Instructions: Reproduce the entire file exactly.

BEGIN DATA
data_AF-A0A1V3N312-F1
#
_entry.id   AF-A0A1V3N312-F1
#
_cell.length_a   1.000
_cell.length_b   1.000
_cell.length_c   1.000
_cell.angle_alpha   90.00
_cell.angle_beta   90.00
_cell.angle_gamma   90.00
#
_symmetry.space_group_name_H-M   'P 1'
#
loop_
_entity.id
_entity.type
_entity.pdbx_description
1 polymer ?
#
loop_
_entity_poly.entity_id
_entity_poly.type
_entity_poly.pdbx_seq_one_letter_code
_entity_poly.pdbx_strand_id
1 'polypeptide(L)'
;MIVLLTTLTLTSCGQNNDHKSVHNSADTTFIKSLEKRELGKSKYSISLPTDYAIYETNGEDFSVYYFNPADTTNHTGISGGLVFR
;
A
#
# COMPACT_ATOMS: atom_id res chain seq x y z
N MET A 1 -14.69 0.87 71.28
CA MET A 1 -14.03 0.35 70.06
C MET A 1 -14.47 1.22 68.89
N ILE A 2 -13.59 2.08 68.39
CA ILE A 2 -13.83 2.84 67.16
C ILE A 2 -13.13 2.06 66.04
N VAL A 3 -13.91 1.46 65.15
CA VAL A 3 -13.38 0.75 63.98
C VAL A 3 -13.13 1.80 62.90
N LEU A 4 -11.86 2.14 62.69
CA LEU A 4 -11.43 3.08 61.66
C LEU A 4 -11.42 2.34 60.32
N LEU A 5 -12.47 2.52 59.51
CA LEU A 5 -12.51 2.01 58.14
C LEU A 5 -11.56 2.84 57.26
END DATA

data_AF-A0A1V3N312-F1
#
_entry.id   AF-A0A1V3N312-F1
#
_cell.length_a   1.000
_cell.length_b   1.000
_cell.length_c   1.000
_cell.angle_alpha   90.00
_cell.angle_beta   90.00
_cell.angle_gamma   90.00
#
_symmetry.space_group_name_H-M   'P 1'
#
loop_
_entity.id
_entity.type
_entity.pdbx_description
1 polymer ?
#
loop_
_entity_poly.entity_id
_entity_poly.type
_entity_poly.pdbx_seq_one_letter_code
_entity_poly.pdbx_strand_id
1 'polypeptide(L)'
;MIVLLTTLTLTSCGQNNDHKSVHNSADTTFIKSLEKRELGKSKYSISLPTDYAIYETNGEDFSVYYFNPADTTNHTGISGGLVFR
;
A
#
# COMPACT_ATOMS: atom_id res chain seq x y z
N MET A 1 -14.69 0.87 71.28
CA MET A 1 -14.03 0.35 70.06
C MET A 1 -14.47 1.22 68.89
N ILE A 2 -13.59 2.08 68.39
CA ILE A 2 -13.83 2.84 67.16
C ILE A 2 -13.13 2.06 66.04
N VAL A 3 -13.91 1.46 65.15
CA VAL A 3 -13.38 0.75 63.98
C VAL A 3 -13.13 1.80 62.90
N LEU A 4 -11.86 2.14 62.69
CA LEU A 4 -11.43 3.08 61.66
C LEU A 4 -11.42 2.34 60.32
N LEU A 5 -12.47 2.52 59.51
CA LEU A 5 -12.51 2.01 58.14
C LEU A 5 -11.56 2.84 57.26